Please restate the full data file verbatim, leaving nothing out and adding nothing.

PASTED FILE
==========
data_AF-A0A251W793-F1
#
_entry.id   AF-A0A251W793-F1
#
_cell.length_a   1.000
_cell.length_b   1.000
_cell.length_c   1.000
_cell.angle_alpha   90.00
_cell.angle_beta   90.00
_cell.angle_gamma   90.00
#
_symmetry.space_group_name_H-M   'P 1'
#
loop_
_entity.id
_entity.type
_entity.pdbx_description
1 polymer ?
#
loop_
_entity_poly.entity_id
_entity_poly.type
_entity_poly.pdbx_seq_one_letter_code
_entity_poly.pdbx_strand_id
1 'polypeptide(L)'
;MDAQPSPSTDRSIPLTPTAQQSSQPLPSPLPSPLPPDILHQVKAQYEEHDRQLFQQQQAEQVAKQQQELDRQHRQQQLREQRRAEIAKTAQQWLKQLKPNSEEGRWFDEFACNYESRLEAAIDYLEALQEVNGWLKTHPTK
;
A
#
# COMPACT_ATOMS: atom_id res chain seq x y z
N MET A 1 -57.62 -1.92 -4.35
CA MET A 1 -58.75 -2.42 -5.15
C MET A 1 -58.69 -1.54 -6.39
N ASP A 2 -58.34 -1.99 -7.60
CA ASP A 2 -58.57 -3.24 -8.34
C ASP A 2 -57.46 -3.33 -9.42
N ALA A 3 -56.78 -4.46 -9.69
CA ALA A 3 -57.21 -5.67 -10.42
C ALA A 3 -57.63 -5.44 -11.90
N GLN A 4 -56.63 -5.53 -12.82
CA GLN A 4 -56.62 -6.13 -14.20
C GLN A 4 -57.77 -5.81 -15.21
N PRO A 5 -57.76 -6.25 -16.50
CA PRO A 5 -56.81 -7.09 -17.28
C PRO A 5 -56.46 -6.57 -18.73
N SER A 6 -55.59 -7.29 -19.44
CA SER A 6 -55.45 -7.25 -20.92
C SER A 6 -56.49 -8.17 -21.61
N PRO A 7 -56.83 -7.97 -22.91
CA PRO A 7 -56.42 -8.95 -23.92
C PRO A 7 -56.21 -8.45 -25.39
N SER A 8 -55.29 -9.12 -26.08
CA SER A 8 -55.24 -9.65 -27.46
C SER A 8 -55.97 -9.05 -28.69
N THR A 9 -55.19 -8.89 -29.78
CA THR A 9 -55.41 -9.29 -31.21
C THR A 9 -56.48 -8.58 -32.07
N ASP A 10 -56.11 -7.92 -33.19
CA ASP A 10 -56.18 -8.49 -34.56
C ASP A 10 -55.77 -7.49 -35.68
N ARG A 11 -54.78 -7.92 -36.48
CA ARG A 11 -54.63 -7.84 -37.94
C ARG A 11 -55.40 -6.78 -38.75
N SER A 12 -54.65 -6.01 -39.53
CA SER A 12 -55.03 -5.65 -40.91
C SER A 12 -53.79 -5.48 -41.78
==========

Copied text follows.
data_AF-A0A251W793-F1
#
_entry.id   AF-A0A251W793-F1
#
_cell.length_a   1.000
_cell.length_b   1.000
_cell.length_c   1.000
_cell.angle_alpha   90.00
_cell.angle_beta   90.00
_cell.angle_gamma   90.00
#
_symmetry.space_group_name_H-M   'P 1'
#
loop_
_entity.id
_entity.type
_entity.pdbx_description
1 polymer ?
#
loop_
_entity_poly.entity_id
_entity_poly.type
_entity_poly.pdbx_seq_one_letter_code
_entity_poly.pdbx_strand_id
1 'polypeptide(L)'
;MDAQPSPSTDRSIPLTPTAQQSSQPLPSPLPSPLPPDILHQVKAQYEEHDRQLFQQQQAEQVAKQQQELDRQHRQQQLREQRRAEIAKTAQQWLKQLKPNSEEGRWFDEFACNYESRLEAAIDYLEALQEVNGWLKTHPTK
;
A
#
# COMPACT_ATOMS: atom_id res chain seq x y z
N MET A 1 -57.62 -1.92 -4.35
CA MET A 1 -58.75 -2.42 -5.15
C MET A 1 -58.69 -1.54 -6.39
N ASP A 2 -58.34 -1.99 -7.60
CA ASP A 2 -58.57 -3.24 -8.34
C ASP A 2 -57.46 -3.33 -9.42
N ALA A 3 -56.78 -4.46 -9.69
CA ALA A 3 -57.21 -5.67 -10.42
C ALA A 3 -57.63 -5.44 -11.90
N GLN A 4 -56.63 -5.53 -12.82
CA GLN A 4 -56.62 -6.13 -14.20
C GLN A 4 -57.77 -5.81 -15.21
N PRO A 5 -57.76 -6.25 -16.50
CA PRO A 5 -56.81 -7.09 -17.28
C PRO A 5 -56.46 -6.57 -18.73
N SER A 6 -55.59 -7.29 -19.44
CA SER A 6 -55.45 -7.25 -20.92
C SER A 6 -56.49 -8.17 -21.61
N PRO A 7 -56.83 -7.97 -22.91
CA PRO A 7 -56.42 -8.95 -23.92
C PRO A 7 -56.21 -8.45 -25.39
N SER A 8 -55.29 -9.12 -26.08
CA SER A 8 -55.24 -9.65 -27.46
C SER A 8 -55.97 -9.05 -28.69
N THR A 9 -55.19 -8.89 -29.78
CA THR A 9 -55.41 -9.29 -31.21
C THR A 9 -56.48 -8.58 -32.07
N ASP A 10 -56.11 -7.92 -33.19
CA ASP A 10 -56.18 -8.49 -34.56
C ASP A 10 -55.77 -7.49 -35.68
N ARG A 11 -54.78 -7.92 -36.48
CA ARG A 11 -54.63 -7.84 -37.94
C ARG A 11 -55.40 -6.78 -38.75
N SER A 12 -54.65 -6.01 -39.53
CA SER A 12 -55.03 -5.65 -40.91
C SER A 12 -53.79 -5.48 -41.78